There was a lot of buzz on Twitter today suggesting that Steve Nash doesn’t have much interest in playing in New York, eliminating him as an option for the Knicks in 2012-13. You can ask five different insiders and likely get five different responses about Nash’s short list of destinations, but if the Twitter-verse has this one right, it doesn’t look like Steve Nash will be playing home games at Madison Square Garden any time soon.
With that in mind, it’s important to ask: is it Jeremy Lin or bust for the New York Knicks at point guard?
Remember, as it stands today, Toney Douglas is the only player healthy on the Knicks roster with significant time spent playing the point. Mike Bibby will likely not be re-signed in free agency, while it still appears Baron Davis’s career is over after his devastating knee injury suffered in the playoffs. Iman Shumpert could be a starting point guard one day, but he is likely to miss at least the beginning of the season after he tore his ACL in Game 1 against the Heat.
Another important factor into the Knicks manuverability this off-season involves if they’ll have their full Mid-Level exception or not. A hearing is still upcoming in regards to Jeremy Lin’s Bird Rights, which could play a pivotal factor in regards to the Knicks ability to offer a free agent a full Mid-Level or only a portion of it. Again, keep in mind, thanks to new rules under this CBA, regardless of what is decided in the Bird Rights hearing, the Knicks will be able to go over the salary cap to lock up players who they picked up off waivers, which, in this case, is Jeremy Lin and Steve Novak.
Let’s assume the Knicks do, indeed, get their full Mid-Level through Lin’s Bird Rights hearings. The names in the free agency market are very slim in terms of players that would be willing to play at that salary slot. For starters, Deron Williams will get a max-contract from someone this off-season (even money is on Dallas), so he is not even close to being an option.
The options the Knicks would be looking at include a return engagement with Raymond Felton, the possiblity of Andre Miller (though he may get a contract worth more than the Mid from, say, Chicago, who will be looking for a stop-gap starter for Derrick Rose), or Kirk Hinrich. I didn’t include Goran Dragic in that group because the buzz around the league is Houston not only plans on locking him up long-term, but for an average salary above the Mid-Level exception.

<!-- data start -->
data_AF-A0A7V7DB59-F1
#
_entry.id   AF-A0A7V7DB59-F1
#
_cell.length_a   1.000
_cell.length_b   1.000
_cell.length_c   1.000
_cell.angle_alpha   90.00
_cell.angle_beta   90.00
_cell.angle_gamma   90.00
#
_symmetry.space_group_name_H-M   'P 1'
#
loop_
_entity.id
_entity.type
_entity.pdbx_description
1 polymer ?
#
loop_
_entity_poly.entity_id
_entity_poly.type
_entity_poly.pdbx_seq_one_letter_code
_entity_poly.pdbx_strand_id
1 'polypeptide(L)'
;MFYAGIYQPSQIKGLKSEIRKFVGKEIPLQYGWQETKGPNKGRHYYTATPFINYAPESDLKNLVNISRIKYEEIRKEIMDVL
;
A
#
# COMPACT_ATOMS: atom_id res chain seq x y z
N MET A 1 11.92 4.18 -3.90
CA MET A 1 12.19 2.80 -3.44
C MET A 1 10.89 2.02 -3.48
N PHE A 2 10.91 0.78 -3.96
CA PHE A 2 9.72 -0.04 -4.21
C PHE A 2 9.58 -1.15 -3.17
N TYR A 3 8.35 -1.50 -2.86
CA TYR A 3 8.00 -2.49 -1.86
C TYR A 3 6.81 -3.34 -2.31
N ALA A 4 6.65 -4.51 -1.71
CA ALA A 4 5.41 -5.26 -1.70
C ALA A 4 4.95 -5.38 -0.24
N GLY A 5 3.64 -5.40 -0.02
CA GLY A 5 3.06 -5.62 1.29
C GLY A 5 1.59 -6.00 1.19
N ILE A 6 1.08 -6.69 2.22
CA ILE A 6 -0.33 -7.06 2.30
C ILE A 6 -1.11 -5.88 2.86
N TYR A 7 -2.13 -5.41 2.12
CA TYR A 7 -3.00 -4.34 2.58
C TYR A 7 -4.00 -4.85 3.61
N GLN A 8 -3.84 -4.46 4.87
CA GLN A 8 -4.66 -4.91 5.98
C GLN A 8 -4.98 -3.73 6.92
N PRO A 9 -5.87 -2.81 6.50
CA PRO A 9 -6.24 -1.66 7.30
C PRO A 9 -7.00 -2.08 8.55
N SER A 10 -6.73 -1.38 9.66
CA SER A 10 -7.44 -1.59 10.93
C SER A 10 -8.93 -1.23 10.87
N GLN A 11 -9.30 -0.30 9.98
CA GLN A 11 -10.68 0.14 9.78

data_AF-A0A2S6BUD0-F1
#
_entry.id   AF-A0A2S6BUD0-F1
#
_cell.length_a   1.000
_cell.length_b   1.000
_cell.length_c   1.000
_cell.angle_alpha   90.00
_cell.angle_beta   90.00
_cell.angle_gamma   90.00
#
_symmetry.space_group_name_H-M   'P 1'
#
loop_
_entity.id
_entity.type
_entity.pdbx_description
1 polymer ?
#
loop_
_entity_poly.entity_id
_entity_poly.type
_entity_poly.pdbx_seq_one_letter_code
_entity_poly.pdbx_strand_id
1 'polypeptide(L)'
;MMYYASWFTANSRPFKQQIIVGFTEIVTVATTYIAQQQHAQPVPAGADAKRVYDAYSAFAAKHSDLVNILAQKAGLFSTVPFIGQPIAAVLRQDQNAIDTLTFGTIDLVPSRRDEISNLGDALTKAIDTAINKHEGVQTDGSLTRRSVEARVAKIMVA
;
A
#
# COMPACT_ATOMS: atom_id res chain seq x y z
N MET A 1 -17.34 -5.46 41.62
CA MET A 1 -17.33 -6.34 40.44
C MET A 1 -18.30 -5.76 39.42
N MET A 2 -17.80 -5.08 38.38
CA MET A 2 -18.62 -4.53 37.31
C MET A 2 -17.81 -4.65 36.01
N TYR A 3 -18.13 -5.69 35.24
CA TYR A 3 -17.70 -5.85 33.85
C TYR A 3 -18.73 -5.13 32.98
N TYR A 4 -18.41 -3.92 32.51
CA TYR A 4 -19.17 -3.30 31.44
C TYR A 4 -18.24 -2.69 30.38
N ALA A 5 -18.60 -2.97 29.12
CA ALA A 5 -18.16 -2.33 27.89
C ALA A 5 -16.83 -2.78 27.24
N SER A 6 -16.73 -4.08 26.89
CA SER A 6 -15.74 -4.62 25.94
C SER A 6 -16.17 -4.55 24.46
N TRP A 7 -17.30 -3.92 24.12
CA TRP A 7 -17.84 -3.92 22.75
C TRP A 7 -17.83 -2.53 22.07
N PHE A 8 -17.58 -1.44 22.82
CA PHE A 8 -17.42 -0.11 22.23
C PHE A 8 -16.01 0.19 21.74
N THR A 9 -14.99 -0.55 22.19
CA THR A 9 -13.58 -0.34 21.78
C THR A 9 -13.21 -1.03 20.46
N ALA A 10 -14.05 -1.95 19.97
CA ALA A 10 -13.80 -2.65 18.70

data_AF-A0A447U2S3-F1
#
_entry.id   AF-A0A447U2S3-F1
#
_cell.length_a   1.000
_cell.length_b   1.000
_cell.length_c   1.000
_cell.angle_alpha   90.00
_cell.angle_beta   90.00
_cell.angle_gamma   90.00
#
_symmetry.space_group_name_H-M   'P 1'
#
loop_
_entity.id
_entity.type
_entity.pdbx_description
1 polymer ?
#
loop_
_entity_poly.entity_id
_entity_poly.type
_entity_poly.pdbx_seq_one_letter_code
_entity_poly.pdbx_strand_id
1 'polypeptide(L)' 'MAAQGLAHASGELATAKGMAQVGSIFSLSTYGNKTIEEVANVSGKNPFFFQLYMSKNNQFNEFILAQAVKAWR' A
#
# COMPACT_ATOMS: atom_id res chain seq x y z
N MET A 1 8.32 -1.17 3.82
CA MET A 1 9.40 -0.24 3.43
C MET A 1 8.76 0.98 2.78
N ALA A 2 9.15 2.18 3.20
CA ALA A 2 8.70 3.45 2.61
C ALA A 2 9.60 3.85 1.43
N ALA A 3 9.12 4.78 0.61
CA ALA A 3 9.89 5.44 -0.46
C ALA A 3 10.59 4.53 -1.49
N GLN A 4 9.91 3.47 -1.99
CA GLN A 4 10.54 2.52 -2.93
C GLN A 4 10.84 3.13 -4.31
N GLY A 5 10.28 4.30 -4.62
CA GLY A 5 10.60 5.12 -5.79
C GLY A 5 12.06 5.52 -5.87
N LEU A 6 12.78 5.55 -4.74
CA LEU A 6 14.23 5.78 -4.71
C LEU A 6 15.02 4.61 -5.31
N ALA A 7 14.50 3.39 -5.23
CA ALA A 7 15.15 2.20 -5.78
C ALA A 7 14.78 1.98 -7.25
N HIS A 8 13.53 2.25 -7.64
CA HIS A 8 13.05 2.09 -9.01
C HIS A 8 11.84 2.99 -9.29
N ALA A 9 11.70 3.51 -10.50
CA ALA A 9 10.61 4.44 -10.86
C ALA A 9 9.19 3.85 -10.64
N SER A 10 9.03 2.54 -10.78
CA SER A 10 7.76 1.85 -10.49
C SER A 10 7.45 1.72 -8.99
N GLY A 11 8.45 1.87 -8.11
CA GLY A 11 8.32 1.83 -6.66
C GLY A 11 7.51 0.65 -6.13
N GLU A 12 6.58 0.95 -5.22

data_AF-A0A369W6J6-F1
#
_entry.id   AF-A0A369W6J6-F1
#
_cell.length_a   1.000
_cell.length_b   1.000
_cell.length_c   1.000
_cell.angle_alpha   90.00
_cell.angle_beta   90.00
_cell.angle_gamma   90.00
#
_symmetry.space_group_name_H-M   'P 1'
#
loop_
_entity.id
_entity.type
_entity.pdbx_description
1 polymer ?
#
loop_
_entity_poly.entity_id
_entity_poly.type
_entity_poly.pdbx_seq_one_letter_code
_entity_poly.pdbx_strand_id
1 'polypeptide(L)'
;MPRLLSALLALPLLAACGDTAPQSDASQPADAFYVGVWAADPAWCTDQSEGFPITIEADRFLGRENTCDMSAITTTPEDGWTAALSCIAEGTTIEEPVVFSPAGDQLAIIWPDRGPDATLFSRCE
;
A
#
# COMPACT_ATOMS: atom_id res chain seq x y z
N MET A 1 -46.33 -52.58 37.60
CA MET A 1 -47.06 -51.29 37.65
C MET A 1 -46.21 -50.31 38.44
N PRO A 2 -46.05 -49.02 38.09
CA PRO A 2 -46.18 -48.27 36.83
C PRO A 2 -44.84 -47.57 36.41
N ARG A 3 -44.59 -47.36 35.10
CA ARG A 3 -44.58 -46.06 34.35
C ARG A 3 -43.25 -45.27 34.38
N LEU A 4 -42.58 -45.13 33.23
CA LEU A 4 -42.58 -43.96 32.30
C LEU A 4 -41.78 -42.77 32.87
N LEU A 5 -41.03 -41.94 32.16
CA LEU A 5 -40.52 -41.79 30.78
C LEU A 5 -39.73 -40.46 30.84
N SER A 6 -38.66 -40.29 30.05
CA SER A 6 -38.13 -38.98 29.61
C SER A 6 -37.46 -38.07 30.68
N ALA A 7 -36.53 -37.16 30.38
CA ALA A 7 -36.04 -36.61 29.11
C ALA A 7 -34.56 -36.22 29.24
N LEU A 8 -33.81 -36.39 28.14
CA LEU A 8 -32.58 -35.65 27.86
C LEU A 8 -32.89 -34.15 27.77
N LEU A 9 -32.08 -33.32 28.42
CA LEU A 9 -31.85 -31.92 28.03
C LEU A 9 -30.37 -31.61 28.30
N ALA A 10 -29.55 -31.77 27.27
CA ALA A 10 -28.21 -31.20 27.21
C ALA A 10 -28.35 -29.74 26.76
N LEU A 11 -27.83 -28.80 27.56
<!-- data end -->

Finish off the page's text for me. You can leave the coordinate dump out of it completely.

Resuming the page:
Of the three true possibilities listed in Felton, Miller and Hinrich, none are exceptionally better than Jeremy Lin, or better at all for that matter. After those guys, the Knicks would be looking at the bargin bin of the Jonny Flynn’s and John Lucas’s, which would be a significant drop and should only be considered as back-up type players.
Considering the uncertainty of the Knicks true salary cap situation, the unlikelihood of a Steve Nash taking less money to play in New York, a first round draft pick this year or a wealth of options on the free agent market, its time for Knicks fans to begin to understand that the situation laying in front of them is that Jeremy Lin isn’t only the best option to play the point, he may be the only option.
New York has been saying all the right things since the season ended in regards to Lin and his future, even though his agent continues to remind us that nothing is for certain. However, the Knicks may have to understand that Lin is in the position of power in their negotiations. The market is pretty dry.
One year ago, if you were to tell me that Jeremy Lin would be the most important player the Knicks could sign in free agency, I would’ve called you crazy.
Now, it would seem crazy if the Knicks didn’t bring him back, and quickly.